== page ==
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Is Schwiebert’s “Matching the Hatch” always best?

Mayfly (Ephemeroptera) in Guelph, Ontario, Canada. Photo credit Ryan Hodnett – a commons image.

There is no end to black ink on white paper about how to catch trouts with Ephemeroptera look-a-likes

by Skip Clement

The gold standard and the famed tagline “Match the Hatch” guides thousands, worldwide, every single day of the year. It came from Ernest Schwiebert, originating with his 1955 book Matching the Hatch: Practical Guide to Imitation of Insects Found on Eastern and Western Trout Waters.

Matching the hatch does of course work, obedience to it best if on home waters often fished – knowledge is wisdom. Or, if you’ve hired a  local professional guide. I’ve almost never been a regular anywhere so I mostly have found rising, shucking, emerging, flying and falling Ephemeroptera often frustrating to “match.”

Naturally, there have been amazing days matching, but you’d expect that to happen a few times in nearly 70  years of flinging mayflies in all their forms. Maybe what I least liked was changing flies every five or ten minutes – not fun… for me.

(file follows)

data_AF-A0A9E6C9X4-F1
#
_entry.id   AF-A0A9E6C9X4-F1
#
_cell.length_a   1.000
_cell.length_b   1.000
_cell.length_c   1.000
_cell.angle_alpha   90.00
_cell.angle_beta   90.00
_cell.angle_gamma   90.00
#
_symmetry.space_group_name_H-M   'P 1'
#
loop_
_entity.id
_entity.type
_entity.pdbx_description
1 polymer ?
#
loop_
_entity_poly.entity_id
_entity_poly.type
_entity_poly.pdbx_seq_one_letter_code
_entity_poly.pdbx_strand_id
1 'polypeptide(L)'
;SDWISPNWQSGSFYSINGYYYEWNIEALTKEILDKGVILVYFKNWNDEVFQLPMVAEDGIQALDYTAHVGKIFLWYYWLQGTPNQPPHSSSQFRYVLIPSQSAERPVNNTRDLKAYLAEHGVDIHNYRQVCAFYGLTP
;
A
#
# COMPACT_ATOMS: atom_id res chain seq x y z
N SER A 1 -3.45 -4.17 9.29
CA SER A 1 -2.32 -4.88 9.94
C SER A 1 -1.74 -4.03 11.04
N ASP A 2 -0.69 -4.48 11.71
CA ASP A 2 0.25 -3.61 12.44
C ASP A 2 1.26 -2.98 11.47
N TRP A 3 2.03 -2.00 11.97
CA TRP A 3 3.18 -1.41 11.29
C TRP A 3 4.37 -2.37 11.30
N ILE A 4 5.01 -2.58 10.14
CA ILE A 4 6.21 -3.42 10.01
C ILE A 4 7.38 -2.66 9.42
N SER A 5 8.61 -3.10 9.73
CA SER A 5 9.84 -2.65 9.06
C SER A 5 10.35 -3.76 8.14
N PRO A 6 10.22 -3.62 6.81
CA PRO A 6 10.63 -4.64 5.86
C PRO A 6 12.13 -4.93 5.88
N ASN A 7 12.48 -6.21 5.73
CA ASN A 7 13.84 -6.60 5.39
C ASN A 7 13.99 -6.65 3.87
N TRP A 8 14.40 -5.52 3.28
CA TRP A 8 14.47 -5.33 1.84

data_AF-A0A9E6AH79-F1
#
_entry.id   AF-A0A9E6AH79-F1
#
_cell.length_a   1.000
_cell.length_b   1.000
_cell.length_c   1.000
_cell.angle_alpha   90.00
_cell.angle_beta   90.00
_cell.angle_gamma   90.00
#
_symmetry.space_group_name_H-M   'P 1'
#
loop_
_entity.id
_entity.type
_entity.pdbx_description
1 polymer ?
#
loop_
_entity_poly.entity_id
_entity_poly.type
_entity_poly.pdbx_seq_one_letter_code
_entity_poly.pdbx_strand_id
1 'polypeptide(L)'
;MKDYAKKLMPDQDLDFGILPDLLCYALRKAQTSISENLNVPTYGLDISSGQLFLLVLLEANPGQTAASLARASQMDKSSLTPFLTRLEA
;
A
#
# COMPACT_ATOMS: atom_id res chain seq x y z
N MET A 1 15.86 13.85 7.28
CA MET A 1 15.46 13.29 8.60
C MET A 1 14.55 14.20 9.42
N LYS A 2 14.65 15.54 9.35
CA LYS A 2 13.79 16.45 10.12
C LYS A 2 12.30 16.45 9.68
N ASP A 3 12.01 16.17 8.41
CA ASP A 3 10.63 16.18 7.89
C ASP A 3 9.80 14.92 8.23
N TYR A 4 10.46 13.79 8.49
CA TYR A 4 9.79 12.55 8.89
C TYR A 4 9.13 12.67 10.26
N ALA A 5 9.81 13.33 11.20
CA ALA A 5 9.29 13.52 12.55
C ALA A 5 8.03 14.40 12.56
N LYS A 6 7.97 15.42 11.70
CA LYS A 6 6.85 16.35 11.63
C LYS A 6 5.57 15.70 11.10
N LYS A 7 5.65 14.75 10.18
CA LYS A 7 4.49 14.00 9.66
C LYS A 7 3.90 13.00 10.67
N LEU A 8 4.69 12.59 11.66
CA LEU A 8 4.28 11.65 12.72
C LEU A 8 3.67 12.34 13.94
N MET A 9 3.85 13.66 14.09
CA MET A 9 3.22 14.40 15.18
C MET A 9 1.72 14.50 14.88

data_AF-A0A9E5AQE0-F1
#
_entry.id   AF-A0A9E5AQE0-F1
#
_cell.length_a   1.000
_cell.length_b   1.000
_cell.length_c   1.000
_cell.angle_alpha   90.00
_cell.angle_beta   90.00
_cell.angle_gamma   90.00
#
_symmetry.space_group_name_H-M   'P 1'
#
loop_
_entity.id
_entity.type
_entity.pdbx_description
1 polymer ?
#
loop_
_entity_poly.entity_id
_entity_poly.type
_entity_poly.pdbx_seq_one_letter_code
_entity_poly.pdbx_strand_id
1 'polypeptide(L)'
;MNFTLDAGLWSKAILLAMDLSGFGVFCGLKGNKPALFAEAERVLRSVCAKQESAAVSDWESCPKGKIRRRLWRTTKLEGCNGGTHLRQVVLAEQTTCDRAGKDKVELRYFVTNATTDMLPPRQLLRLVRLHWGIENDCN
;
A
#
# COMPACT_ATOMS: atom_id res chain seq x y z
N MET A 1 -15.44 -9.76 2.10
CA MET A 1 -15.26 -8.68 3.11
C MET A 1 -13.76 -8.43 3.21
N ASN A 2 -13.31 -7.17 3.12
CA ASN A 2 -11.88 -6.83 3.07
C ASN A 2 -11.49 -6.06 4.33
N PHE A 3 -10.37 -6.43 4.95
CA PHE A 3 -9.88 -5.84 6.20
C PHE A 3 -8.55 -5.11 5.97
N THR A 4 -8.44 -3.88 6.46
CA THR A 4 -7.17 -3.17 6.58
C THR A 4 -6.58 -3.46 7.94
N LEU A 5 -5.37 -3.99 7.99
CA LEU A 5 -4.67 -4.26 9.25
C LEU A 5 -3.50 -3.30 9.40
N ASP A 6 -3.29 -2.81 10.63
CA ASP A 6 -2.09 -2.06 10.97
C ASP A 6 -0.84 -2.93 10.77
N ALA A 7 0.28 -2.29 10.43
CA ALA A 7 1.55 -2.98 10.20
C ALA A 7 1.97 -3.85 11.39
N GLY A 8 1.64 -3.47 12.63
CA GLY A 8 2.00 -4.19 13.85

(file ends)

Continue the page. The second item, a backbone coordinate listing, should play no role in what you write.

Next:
NOTE: Matching The Hatch set the standard for fly entomology and tying studies for the late 20th Century. Ernest Schwiebert honors: IGFA Fishing Hall of Fame – 2013; American Museum of Fly Fishing, 2005;  and Catskill Fly Fishing Center & Museum

Art Lee was my hero; he said no to the endless pursuit of matching the hatch. I was immediately cleared of all charges

He saved many from living in a sanatorium for ‘troutsters’ who went bonkers trying to get salmonids to bite on their perfectly tied Ephemeroptera.

If a hatch is on, I’ll give it a go, but to keep my sanity, no hour will ever again be devoted to that battle cry of match the hatch and no bites.